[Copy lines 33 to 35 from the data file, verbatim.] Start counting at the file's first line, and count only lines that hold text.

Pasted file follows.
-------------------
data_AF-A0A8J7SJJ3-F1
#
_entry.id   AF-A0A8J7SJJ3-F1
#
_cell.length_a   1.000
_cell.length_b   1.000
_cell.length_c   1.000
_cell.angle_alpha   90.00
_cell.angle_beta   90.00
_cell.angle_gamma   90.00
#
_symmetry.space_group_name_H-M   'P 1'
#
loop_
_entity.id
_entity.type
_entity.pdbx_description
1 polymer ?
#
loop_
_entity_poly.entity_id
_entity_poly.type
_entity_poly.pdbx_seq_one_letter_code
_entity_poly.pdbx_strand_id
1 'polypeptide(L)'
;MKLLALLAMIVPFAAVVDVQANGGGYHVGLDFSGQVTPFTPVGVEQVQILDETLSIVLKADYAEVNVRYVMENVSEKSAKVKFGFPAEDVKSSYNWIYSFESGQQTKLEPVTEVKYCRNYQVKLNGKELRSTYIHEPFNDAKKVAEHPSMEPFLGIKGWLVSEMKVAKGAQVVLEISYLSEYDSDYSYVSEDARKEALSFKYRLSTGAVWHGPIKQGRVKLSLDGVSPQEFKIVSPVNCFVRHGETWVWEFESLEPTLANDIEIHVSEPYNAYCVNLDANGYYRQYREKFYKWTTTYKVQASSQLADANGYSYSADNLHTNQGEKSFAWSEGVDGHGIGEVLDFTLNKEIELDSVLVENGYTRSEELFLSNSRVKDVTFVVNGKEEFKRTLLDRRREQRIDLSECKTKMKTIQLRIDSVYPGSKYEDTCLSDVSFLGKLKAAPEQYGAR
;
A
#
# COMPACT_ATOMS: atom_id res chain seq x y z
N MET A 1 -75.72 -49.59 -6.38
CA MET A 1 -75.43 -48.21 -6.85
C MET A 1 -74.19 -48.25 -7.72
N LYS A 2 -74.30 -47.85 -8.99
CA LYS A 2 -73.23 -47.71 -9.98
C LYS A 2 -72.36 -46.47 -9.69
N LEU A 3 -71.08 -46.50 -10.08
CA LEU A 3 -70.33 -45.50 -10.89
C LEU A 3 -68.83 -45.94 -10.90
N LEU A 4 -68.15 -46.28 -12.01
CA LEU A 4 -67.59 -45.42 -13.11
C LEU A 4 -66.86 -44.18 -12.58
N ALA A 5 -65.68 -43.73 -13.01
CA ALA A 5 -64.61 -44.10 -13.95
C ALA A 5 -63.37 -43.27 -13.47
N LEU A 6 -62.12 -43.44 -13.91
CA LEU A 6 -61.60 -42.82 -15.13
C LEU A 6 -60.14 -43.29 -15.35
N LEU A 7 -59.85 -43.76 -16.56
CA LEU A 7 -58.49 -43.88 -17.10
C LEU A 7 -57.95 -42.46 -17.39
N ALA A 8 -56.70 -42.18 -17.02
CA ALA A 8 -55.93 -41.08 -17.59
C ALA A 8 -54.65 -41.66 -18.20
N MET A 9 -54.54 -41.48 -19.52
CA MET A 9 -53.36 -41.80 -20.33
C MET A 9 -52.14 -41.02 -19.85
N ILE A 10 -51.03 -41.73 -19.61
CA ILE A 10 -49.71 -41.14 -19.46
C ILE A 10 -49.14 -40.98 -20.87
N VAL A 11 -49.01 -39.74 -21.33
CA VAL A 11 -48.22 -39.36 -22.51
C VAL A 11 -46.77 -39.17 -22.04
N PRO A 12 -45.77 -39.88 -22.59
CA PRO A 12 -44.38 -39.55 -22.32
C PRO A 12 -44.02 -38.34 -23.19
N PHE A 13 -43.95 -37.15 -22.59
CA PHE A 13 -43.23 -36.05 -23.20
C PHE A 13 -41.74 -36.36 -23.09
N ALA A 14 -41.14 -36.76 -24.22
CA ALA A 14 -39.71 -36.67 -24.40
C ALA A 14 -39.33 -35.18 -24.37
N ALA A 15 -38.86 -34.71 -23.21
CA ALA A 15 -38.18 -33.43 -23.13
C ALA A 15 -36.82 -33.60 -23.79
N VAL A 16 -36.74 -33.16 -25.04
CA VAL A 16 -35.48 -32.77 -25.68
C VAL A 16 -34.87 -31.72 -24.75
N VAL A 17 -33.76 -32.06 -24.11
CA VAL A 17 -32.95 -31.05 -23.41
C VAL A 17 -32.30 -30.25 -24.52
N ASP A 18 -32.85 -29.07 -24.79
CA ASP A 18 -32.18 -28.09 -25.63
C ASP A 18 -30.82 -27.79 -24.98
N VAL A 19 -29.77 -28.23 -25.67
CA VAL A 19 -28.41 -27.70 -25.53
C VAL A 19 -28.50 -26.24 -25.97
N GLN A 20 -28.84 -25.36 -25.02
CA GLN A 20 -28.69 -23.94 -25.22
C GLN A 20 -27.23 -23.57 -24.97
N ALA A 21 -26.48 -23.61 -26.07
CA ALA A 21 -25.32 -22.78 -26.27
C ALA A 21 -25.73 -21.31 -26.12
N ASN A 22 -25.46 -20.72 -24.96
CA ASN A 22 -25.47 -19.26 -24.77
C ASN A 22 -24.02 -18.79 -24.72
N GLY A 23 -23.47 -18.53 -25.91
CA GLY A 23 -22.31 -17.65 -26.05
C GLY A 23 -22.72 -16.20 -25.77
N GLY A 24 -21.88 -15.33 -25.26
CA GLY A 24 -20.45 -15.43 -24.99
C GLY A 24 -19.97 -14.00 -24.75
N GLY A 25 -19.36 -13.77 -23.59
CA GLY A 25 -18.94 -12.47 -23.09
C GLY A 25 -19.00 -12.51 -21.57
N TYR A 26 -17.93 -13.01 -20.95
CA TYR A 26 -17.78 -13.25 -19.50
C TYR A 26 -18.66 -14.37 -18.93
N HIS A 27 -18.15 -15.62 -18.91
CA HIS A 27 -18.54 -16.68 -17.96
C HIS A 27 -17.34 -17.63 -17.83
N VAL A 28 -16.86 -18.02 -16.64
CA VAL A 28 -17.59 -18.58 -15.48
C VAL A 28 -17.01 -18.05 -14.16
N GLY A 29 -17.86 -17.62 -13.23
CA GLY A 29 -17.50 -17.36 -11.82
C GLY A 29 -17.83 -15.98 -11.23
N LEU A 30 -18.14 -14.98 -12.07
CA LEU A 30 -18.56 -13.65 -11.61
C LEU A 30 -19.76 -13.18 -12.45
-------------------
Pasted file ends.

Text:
C MET A 1 -74.19 -48.25 -7.72
N LYS A 2 -74.30 -47.85 -8.99
CA LYS A 2 -73.23 -47.71 -9.98